Impact of equal access healthcare on race disparities in bladder cancer.

Journal Article

399 Background: Outcomes in bladder cancer are disproportionately worse for black patients compared to white patients. We hypothesize these disparities arise in part due to differences in access to healthcare and therefore may be mitigated in an equal access healthcare system, such as the Veterans Affairs’ (VA) system. Here, we examine outcomes by race for patients with bladder cancer within the VA system and then compare these outcomes to those in the Surveillance, Epidemiology, and End Results (SEER) database. Methods: We performed a retrospective cohort study using VA Informatics and Computing Infrastructure (VINCI) and SEER. We included all patients diagnosed with bladder cancer, American Joint Committee on Cancer (AJCC) stage 0-4 diagnosed between 2000 and 2018. Endpoints of overall survival (OS), bladder cancer-specific survival (BCS), and non-bladder cancer-specific survival (NCS) were evaluated in multivariable Cox and Fine-Gray models. Results: Using the VA dataset, we identified 36322 veterans (9.0% black, 91.0% white) with bladder cancer. Black veterans were more likely to have more comorbidities, reside in zip codes with lower median income and education levels, and present with higher stage disease (AJCC stages 2-4) than white veterans (23.3% vs 19%). In multivariable models accounting for disease stage among other covariables, there were no statistically significant differences in any survival endpoint (Table). Using the SEER dataset, we identified 130998 patients (5.9% black, 94.1% white) with bladder cancer. In similar multivariable models, SEER’s black patients had statistically significant inferior outcomes in all survival endpoints compared to SEER’s white patients (Table). Conclusions: While racial disparities for patients with bladder cancer in the SEER database were observed, no differences in survival outcomes between black and white patients were observed in the VA healthcare system. Of note, black veterans presented with more advanced stage, suggesting a delay in diagnosis or a more aggressive cancer phenotype compared to white patients. Our findings underscore the need to bridge healthcare disparities across diverse racial groups. Our study highlights the beneficial impact of an equal access healthcare system in reducing financial and social barriers to healthcare to counteract racial health disparities. Further research is required to delineate these disparities and guide appropriate screening strategies. [Table: see text]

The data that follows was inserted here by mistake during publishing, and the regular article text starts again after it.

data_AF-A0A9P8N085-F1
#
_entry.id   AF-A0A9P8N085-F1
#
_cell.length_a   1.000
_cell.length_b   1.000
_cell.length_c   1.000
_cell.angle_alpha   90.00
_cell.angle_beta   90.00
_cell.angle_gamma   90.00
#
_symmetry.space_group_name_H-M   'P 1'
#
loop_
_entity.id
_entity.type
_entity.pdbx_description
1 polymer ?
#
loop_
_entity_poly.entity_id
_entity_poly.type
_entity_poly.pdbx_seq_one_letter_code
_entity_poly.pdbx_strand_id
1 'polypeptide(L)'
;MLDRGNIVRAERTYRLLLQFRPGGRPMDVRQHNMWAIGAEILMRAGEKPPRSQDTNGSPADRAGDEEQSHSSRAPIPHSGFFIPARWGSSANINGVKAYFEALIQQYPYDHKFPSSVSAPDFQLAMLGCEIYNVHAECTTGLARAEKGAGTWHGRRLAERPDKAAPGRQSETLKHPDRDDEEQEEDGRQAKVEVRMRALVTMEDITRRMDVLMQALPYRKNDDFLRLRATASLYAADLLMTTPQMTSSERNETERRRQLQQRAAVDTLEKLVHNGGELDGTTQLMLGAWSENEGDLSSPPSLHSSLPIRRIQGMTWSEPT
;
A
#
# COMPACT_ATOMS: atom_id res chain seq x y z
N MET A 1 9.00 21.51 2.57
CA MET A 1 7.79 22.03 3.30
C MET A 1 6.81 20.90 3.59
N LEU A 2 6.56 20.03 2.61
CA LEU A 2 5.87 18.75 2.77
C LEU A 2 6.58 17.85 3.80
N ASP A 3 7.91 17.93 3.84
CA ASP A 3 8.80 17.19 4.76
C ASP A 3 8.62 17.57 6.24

Full Text

Duke Authors

Cited Authors

  • Kotha, NV; Kumar, A; Qiao, EM; Cherry, DR; Nalawade, V; Kader, AK; McKay, RR; Stewart, TF; Rose, BS

Published Date

  • February 20, 2021

Published In

Volume / Issue

  • 39 / 6_suppl

Start / End Page

  • 399 - 399

Published By

Electronic International Standard Serial Number (EISSN)

  • 1527-7755

International Standard Serial Number (ISSN)

  • 0732-183X

Digital Object Identifier (DOI)

  • 10.1200/jco.2021.39.6_suppl.399


  • en